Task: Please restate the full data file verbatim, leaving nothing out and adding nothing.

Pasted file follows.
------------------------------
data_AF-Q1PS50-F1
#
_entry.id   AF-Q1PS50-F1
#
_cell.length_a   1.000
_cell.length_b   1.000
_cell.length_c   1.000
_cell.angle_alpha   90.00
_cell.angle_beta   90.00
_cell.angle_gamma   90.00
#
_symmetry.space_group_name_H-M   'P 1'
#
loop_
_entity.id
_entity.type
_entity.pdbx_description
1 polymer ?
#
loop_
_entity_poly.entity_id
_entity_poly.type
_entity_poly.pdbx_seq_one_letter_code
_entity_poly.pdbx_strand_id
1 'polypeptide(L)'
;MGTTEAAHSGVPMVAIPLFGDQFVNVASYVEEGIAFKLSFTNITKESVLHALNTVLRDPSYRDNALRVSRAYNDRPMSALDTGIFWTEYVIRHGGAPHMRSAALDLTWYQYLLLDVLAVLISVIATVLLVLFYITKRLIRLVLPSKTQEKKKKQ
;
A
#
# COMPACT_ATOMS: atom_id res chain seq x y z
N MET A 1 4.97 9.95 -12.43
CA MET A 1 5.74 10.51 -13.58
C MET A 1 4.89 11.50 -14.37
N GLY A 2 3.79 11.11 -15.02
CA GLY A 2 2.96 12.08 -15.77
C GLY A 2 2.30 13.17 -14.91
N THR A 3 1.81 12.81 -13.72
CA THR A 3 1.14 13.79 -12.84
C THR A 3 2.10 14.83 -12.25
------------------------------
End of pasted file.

data_AF-Q1PS50-F1
#
_entry.id   AF-Q1PS50-F1
#
_cell.length_a   1.000
_cell.length_b   1.000
_cell.length_c   1.000
_cell.angle_alpha   90.00
_cell.angle_beta   90.00
_cell.angle_gamma   90.00
#
_symmetry.space_group_name_H-M   'P 1'
#
loop_
_entity.id
_entity.type
_entity.pdbx_description
1 polymer ?
#
loop_
_entity_poly.entity_id
_entity_poly.type
_entity_poly.pdbx_seq_one_letter_code
_entity_poly.pdbx_strand_id
1 'polypeptide(L)'
;MGTTEAAHSGVPMVAIPLFGDQFVNVASYVEEGIAFKLSFTNITKESVLHALNTVLRDPSYRDNALRVSRAYNDRPMSALDTGIFWTEYVIRHGGAPHMRSAALDLTWYQYLLLDVLAVLISVIATVLLVLFYITKRLIRLVLPSKTQEKKKKQ
;
A
#
# COMPACT_ATOMS: atom_id res chain seq x y z
N MET A 1 4.97 9.95 -12.43
CA MET A 1 5.74 10.51 -13.58
C MET A 1 4.89 11.50 -14.37
N GLY A 2 3.79 11.11 -15.02
CA GLY A 2 2.96 12.08 -15.77
C GLY A 2 2.30 13.17 -14.91
N THR A 3 1.81 12.81 -13.72
CA THR A 3 1.14 13.79 -12.84
C THR A 3 2.10 14.83 -12.25